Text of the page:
Last open Mount Rainier gate closes as government shutdown drags on
Mount Rainier National Park is now completely closed.
"There will be no public services including food, restrooms, or snow plowing sufficient for safe public travel anywhere in the park beginning late Sunday," said Tracy Swartout, deputy superintendent at Mount Rainier National Park.
As the partial government shutdown continues, the National Park Service has struggled to keep its Northwest jewels open.
When the government shutdown began on December 22, National Park Service higher-ups aspired to keep open the parks out West — as best it could with a skeleton staff.
They had help at first: The company that runs the National Park Inn at Longmire, in the foothills of Mount Rainier, stepped in. Their staff cleaned toilets, collected trash, and plowed roads, but as business declined, they had to stop. The inn closed Sunday.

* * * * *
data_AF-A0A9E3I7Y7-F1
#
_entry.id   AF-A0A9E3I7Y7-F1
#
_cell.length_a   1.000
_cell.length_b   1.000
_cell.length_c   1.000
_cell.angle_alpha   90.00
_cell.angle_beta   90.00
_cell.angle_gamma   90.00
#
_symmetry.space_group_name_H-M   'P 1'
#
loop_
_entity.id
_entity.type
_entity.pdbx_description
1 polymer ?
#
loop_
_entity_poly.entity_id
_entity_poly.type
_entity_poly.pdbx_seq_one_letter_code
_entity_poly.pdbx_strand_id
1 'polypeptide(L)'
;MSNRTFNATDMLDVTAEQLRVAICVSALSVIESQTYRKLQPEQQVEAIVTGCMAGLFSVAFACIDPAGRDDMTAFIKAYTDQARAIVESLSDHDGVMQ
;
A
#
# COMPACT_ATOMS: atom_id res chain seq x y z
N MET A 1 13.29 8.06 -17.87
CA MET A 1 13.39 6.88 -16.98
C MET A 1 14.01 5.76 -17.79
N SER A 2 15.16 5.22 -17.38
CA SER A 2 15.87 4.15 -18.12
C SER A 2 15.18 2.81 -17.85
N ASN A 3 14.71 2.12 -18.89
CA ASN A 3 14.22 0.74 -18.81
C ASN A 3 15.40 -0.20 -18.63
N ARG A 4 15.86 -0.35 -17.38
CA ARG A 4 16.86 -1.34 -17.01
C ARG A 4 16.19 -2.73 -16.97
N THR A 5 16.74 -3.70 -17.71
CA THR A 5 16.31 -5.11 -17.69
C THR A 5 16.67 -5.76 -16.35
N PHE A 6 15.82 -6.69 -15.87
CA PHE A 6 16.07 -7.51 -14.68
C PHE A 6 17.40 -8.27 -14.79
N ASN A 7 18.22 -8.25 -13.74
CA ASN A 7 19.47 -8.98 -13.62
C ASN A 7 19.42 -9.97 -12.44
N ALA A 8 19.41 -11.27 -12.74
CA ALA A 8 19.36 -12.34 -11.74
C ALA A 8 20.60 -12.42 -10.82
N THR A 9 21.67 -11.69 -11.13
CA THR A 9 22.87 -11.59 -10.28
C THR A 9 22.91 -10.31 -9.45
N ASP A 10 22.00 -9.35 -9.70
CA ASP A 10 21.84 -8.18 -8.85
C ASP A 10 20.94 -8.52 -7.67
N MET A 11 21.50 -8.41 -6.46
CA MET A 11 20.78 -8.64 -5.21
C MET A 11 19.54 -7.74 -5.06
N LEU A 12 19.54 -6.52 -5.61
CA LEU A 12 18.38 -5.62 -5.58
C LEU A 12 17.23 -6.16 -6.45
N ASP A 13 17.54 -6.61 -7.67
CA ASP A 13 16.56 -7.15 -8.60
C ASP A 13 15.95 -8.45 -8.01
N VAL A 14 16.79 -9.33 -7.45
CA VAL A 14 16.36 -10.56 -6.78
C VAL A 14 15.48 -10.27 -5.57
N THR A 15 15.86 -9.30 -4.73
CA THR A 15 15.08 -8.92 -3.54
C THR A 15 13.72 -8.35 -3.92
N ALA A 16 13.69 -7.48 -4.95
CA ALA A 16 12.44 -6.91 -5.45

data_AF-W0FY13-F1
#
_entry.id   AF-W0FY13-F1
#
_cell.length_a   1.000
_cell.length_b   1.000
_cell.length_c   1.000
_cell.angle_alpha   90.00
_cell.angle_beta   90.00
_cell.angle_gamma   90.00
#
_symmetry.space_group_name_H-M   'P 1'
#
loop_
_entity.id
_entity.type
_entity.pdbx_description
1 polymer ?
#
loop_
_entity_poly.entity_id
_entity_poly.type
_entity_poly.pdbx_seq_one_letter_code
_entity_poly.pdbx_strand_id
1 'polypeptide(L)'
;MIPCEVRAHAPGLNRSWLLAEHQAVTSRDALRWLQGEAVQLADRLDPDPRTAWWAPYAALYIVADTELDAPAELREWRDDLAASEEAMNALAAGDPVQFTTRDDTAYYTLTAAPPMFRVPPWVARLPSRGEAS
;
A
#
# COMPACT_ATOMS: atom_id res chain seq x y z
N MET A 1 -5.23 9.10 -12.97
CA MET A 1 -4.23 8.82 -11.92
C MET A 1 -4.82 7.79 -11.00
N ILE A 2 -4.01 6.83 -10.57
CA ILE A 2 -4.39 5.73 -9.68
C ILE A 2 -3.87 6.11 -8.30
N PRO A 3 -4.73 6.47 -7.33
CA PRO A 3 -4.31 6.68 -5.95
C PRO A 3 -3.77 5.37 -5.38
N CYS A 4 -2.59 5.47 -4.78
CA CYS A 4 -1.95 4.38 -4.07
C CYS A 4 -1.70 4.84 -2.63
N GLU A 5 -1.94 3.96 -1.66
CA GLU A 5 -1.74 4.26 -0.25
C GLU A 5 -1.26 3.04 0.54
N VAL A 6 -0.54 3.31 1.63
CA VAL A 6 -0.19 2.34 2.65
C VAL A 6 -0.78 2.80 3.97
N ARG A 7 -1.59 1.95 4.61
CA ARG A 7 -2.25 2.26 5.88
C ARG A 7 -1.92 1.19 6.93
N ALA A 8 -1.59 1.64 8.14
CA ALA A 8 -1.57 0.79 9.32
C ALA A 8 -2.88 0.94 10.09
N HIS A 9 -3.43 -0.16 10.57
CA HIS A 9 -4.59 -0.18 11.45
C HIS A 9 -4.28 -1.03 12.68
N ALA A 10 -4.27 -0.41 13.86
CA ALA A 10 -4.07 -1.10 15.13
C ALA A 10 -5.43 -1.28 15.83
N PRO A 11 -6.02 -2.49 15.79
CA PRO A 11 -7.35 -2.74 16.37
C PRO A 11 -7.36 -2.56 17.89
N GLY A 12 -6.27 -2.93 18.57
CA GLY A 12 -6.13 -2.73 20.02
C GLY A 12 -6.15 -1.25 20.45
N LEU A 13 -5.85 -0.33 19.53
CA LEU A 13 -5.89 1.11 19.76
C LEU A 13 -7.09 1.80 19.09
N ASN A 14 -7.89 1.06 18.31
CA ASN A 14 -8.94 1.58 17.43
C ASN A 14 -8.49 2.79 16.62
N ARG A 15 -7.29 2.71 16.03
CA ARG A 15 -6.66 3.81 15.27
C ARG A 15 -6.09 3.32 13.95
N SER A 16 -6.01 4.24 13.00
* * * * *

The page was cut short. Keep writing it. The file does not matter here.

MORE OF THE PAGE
About 35 workers of the park concessionaire will be furloughed, said Melinda Simpson, operations manager.
Bad weather ahead motivated the National Park Service to close vehicle access to Mount Rainier. This affected the main wintertime entrance, the Nisqually gate east of Ashford. The high-altitude road from Longmire to the popular snow play area at Paradise closed two weeks ago, on December 22.
Access on foot to Mount Rainier is discouraged.
"Most property surrounding the gates at the Nisqually entrance is privately-owned, and any vehicles improperly parked on private lands or blocking park gates may be towed," Swartout said. "Traveling by foot on park roads is prohibited and is extremely unsafe, as limited plowing activities must continue to provide emergency access."
Meanwhile, most of Olympic National Park remains inaccessible. Rangers there haven't been able to clear trees that fell on roads during a December storm. That means the roads to popular destinations such as the Hoh Rain Forest, Hurricane Ridge and Rialto Beach are closed.
Negotiations over the weekend between congressional representatives and the Trump administration to resolve the government funding standoff made little progress.
The new Democratic majority in the U.S. House plans this coming week to pass the previously agreed-on 2019 budgets for closed agencies — in an attempt to pressure the Republican-controlled Senate and President Donald Trump.
[Copyright 2019 Northwest News Network]